With financial market uncertainty, it is comforting to know that there is a base level of protection for bank accounts held at financial institutions that are insured by the Federal Deposit Insurance Corporation (FDIC).
FDIC insurance, which offers coverage for bank accounts in the event the bank, credit union or savings association fails, is backed by the full faith and credit of the U.S. government. The FDIC is an independent U.S. government agency.
In this article, we’ll provide answers to some of the most frequently asked questions about FDIC insurance coverage.
Q: How do I get FDIC insurance? Do I need to apply?
A: There is no need to apply for coverage, as long as your financial institution is an FDIC-insured bank, credit union or other savings association. Coverage is automatic when you open one or more qualified accounts, which include individual and joint checking accounts, savings and money market deposit accounts, certificates of deposit, certain individual retirement accounts, estate and trust accounts, private business and government accounts.
Q: How much coverage do I have?
A: FDIC insurance provides coverage up to $250,000, per depositor, per account category, per financial institution. In practice, this means that you may have more than $250,000 in insurance protection. For example, if you have individual accounts and retirement accounts, you are covered for up to $250,000 in each of those categories. If you also have a business account at the covered bank, you have up to an additional $250,000 in coverage for that account.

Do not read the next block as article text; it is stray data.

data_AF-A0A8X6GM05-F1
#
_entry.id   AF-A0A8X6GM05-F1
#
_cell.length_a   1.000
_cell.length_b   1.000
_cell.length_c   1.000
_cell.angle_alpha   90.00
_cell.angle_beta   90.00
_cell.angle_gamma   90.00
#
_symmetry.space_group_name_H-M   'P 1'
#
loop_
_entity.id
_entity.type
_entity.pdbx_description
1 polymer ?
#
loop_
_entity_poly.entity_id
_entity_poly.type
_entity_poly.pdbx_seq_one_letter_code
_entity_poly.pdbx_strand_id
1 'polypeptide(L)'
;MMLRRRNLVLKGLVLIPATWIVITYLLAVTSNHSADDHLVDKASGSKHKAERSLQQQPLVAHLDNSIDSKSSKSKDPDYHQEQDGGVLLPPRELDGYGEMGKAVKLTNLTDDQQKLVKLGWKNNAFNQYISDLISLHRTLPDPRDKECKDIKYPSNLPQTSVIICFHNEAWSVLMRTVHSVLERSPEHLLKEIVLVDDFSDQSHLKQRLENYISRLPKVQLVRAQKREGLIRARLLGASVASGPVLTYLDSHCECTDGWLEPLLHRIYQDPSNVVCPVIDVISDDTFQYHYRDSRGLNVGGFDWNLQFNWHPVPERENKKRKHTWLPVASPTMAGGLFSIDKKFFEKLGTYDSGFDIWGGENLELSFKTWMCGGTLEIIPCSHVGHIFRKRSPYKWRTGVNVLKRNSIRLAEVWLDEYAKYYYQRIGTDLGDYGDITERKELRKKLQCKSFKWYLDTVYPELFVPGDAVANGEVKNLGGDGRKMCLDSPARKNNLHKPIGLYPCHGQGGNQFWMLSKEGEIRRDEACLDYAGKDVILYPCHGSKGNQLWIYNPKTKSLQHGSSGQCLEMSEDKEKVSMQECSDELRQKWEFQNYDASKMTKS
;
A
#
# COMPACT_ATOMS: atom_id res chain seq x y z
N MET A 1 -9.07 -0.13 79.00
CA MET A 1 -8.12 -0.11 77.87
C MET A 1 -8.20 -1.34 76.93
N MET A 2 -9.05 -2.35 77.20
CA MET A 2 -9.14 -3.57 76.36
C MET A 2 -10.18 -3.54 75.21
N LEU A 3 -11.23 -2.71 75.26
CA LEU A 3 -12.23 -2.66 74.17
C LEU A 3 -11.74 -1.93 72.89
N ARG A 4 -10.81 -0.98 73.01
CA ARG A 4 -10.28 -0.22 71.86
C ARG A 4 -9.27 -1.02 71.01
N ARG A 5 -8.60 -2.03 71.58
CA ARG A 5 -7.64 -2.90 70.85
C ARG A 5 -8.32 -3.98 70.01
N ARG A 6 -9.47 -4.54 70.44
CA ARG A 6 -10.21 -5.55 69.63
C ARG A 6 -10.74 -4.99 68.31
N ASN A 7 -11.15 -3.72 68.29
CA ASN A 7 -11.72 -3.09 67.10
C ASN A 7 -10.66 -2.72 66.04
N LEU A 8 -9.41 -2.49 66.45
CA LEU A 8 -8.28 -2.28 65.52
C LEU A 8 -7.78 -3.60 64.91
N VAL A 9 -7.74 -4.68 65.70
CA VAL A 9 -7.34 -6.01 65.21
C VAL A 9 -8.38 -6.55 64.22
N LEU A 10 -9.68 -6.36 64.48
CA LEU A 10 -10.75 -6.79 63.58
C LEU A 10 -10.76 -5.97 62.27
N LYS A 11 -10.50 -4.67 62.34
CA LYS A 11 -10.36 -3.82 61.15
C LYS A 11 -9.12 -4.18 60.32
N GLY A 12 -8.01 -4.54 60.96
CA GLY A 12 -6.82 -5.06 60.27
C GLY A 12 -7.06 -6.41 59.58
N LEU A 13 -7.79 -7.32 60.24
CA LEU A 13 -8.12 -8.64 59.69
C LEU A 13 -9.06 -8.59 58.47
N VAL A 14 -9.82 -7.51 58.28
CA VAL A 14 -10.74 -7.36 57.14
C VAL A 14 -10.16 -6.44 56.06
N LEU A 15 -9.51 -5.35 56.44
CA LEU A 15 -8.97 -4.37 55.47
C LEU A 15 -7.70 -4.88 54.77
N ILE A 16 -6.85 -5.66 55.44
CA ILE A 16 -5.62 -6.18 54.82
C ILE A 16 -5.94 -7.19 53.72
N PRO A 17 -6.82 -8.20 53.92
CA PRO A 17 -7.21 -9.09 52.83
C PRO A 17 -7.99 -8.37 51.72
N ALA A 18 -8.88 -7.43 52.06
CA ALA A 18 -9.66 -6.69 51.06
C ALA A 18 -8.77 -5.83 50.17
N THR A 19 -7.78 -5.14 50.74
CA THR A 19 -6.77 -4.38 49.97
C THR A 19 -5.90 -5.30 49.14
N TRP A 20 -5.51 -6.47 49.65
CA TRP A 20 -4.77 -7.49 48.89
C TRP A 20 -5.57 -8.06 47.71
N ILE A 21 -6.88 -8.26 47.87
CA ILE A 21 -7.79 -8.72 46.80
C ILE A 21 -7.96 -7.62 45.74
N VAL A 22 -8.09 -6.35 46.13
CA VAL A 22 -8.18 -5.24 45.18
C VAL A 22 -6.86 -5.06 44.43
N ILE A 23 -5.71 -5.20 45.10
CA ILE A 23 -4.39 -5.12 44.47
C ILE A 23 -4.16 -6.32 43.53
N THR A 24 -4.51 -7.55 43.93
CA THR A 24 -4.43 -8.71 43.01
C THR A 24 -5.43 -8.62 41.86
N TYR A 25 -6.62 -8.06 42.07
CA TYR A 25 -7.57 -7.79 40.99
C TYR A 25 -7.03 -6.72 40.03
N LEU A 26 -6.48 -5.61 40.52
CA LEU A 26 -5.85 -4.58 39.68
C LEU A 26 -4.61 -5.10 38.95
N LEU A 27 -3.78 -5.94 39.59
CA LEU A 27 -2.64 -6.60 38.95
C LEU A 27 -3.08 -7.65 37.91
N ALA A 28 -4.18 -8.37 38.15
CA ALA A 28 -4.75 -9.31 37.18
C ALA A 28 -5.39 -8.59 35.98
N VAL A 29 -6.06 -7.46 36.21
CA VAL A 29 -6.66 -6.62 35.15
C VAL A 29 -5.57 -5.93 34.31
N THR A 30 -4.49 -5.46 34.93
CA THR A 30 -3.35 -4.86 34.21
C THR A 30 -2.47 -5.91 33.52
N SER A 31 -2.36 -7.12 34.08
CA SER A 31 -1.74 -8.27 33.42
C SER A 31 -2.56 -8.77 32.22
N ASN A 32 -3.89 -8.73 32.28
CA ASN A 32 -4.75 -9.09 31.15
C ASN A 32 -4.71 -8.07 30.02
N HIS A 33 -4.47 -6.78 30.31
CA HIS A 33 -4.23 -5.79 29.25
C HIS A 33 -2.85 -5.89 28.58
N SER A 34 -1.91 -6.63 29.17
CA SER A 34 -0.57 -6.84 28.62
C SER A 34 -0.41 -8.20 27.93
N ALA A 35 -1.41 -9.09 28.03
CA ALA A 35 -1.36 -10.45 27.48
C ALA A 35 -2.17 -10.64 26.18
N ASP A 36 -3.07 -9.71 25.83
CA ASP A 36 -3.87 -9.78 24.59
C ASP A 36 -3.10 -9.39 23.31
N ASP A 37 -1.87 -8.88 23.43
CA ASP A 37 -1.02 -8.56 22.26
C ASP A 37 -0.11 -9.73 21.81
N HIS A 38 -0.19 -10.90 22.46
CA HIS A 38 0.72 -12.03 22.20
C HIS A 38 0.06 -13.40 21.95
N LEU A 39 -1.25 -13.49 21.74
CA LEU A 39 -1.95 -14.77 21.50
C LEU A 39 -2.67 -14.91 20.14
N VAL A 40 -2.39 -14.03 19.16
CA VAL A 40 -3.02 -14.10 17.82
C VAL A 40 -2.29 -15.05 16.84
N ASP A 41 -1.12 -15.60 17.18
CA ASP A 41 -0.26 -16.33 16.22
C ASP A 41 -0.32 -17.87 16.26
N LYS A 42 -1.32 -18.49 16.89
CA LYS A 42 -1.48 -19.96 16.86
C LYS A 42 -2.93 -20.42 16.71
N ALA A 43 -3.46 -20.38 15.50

In addition, there are some other circumstances where coverage may be more than $250,000 per account:
- Joint accounts are covered up to $250,000 per co-owner.
- If you have a revocable trust account at an FDIC-insured institution, you actually have coverage for up to $250,000 per unique beneficiary.
Q: What happens if my bank fails? How do I get my money back?
A: Although this is not likely to happen, if it does happen, that’s when your FDIC insurance coverage would kick in for covered accounts. Historically, when banks or other FDIC-insured organizations have failed, the FDIC has acted quickly (usually the next day) to refund account holders’ money, up to the amount of coverage provided.
This may happen by the FDIC establishing accounts at another FDIC-insured bank, credit union or savings association, and depositing the insured funds for you. Instead the FDIC may issue checks to each depositor for the covered funds.
If you had funds deposited with a failed bank or credit union that exceeded the amount of FDIC coverage available, you may actually receive some of those uninsured funds later (sometimes years later.) The FDIC is responsible for collecting the assets of the failed financial institution and settling debts and claims. Generally, this means they take responsibility for selling assets and distributing funds on a pro-rata basis for uninsured accounts.
Q: Is my investment account covered by FDIC insurance too?
A: FDIC insurance only covers “deposit” accounts. So, stock, bond, mutual funds, annuities and life insurance are not covered by FDIC insurance, but may have other coverage through SIPC and/or a state insurance guaranty organization.
Q: How do I know if my bank or my accounts are covered?
A: The FDIC has a tool available online to check whether your financial institution is covered. Then, check out this handy list of account categories to learn more about the various types of accounts that are covered and how much coverage is available for each account type. The FDIC also has a toll-free number available, and FDIC insurance specialists are available to answer questions: 1-877-ASK-FDIC (1-877-275-3342).
FDIC coverage provides peace of mind
While we never know what financial surprises are around the corner, it is comforting to know that there is a level of protection available for deposit accounts.